It reached a new level when he went through my phone and finding something that upset him, smashed it against the wall and hit me in public, during the middle of the school day. I went back to class crying (which was common), and later, skating, where he followed me. I then lied to my mom that I broke my phone, and he accompanied us to the Verizon store to get a new one.  I learned to expect accusations and violence all the time. I was on my toes 24/7. I was never allowed to talk to any guys, in any context; it wasn’t safe. To him, everyone was a threat. I was attached to my phone day and night, should he call from jail, home, or wherever he was.

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The writing that remains references “fading away” and photographs feature self harm scars and my withdrawn face. I began taking anything I could (prescription drugs, cigarettes, weed, alcohol) to make the pain stop. My relationship with my parents grew more and more volatile as they tried desperately to get me away from him. I only rebelled harder, believing he was my destiny and they just didn’t understand. He made it clear that no one would ever love me except him, because I was so hard to be with for a million reasons. He brought my self esteem down so low that I truly believed I deserved to be treated like trash, and was dependent on the “love” he would occasionally throw to me when he wanted something. Instead of reckoning with the predicament I was in, I projected my internal pain on my school and home life, believing that once I turned 18 we would escape our hometown and everything bad would go away. Instead of fighting against the darkness, I let it swallow me whole. This was a survival mechanism, because dealing with what was actually going on was not possible. I was trapped. There was no escape.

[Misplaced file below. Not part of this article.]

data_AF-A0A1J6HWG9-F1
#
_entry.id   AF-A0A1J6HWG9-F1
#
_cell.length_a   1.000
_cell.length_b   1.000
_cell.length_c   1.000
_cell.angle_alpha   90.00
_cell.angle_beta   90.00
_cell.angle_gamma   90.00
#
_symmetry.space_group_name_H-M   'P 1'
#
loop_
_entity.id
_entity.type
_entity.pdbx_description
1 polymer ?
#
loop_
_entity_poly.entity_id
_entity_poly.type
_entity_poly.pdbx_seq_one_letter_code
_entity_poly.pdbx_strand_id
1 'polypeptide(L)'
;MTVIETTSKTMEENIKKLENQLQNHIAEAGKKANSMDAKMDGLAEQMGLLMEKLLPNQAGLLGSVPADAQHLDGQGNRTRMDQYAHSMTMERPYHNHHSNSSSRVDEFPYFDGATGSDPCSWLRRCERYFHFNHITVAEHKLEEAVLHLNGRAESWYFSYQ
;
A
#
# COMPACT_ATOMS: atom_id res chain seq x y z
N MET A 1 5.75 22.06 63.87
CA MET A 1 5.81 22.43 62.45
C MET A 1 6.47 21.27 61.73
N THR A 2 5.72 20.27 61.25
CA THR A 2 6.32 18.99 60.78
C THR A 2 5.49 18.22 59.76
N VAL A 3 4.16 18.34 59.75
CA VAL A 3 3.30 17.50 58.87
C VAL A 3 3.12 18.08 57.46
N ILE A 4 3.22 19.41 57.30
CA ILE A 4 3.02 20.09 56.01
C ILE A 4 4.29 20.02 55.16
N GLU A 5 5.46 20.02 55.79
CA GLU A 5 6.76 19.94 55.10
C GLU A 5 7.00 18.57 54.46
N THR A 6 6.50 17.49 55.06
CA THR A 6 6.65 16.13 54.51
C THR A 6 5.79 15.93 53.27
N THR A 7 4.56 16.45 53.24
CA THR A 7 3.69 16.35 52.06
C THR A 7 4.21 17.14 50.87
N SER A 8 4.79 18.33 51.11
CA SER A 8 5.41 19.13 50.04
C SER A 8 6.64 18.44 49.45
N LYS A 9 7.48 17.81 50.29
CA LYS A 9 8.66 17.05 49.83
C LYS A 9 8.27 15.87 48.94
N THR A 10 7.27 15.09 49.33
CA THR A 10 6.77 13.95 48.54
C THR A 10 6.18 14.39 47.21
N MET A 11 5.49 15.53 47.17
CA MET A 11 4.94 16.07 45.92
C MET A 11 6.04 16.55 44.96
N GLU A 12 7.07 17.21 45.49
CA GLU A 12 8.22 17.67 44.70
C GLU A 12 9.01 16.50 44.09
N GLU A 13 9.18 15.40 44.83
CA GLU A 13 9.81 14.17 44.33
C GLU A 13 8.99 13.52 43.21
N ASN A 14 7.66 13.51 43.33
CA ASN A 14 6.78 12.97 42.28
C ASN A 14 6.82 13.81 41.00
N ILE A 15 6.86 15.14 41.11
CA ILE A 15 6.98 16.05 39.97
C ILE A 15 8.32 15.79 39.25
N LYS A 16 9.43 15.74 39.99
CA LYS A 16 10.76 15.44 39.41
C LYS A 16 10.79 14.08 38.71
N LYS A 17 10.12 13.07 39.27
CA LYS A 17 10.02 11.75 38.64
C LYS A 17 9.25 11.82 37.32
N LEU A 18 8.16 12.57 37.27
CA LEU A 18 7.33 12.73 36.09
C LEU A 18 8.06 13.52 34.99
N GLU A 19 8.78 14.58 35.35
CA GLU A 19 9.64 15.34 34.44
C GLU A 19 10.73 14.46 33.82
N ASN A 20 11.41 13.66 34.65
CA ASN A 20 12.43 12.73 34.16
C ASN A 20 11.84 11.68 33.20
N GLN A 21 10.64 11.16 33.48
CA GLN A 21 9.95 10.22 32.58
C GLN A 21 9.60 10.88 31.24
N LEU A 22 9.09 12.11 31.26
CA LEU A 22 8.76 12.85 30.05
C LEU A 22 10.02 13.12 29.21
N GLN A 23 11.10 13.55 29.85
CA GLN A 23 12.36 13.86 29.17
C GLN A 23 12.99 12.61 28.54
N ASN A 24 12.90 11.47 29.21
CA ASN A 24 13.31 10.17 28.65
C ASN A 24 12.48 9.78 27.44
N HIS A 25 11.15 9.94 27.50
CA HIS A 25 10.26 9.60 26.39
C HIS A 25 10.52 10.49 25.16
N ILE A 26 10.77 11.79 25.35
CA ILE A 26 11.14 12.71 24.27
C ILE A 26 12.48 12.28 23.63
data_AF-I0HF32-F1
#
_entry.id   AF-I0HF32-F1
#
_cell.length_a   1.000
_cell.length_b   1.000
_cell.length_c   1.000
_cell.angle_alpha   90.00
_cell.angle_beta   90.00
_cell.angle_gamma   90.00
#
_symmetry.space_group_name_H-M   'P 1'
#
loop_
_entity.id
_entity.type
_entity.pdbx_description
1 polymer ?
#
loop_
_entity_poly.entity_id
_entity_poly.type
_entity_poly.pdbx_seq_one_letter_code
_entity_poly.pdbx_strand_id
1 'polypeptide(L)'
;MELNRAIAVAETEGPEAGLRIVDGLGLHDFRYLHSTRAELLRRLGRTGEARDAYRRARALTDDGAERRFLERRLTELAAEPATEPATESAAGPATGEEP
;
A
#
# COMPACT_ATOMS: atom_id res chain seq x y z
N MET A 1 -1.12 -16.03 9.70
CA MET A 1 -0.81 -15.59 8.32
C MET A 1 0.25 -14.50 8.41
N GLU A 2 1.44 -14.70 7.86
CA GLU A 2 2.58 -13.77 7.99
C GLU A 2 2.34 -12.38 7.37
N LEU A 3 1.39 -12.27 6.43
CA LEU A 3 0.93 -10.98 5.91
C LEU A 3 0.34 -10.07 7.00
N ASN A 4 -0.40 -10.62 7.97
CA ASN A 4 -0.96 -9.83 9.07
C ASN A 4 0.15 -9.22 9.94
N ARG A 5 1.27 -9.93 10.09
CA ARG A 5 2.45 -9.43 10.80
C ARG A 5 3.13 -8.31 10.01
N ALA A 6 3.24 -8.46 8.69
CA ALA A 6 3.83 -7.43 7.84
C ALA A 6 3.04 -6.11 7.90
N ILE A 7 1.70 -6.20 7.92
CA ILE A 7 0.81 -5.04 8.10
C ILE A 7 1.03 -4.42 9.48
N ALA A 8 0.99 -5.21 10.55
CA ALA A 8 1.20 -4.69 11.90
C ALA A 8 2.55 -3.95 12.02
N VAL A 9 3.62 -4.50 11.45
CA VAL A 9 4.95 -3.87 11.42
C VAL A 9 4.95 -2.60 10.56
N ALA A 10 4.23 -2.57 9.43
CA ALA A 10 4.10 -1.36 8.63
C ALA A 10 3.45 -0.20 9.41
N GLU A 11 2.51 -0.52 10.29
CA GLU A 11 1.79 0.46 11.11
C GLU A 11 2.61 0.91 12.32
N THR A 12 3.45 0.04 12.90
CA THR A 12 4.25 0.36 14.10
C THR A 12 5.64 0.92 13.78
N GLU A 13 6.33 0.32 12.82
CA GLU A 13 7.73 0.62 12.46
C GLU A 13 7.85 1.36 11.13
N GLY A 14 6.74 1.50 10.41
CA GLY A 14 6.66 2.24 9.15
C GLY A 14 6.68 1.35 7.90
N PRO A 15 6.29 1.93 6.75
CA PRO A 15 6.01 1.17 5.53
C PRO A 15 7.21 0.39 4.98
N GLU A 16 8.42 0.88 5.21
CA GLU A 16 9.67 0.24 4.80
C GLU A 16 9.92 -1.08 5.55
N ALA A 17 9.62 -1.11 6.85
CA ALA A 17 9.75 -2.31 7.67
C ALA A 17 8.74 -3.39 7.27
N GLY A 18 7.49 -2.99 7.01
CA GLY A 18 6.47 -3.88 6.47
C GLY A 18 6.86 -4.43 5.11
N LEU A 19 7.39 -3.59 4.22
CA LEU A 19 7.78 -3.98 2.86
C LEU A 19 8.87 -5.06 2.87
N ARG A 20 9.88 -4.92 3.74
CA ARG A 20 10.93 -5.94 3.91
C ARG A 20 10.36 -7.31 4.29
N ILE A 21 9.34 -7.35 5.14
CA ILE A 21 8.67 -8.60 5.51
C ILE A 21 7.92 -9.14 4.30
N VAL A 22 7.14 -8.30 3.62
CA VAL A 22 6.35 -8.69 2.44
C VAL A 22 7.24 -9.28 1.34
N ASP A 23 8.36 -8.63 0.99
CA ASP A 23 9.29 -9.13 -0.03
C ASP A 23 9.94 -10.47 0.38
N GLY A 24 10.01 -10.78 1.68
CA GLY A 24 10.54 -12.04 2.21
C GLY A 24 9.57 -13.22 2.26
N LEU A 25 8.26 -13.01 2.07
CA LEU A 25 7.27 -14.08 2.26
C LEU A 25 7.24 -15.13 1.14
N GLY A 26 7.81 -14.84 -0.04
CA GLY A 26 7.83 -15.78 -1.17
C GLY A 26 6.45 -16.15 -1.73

September 15th, 2012: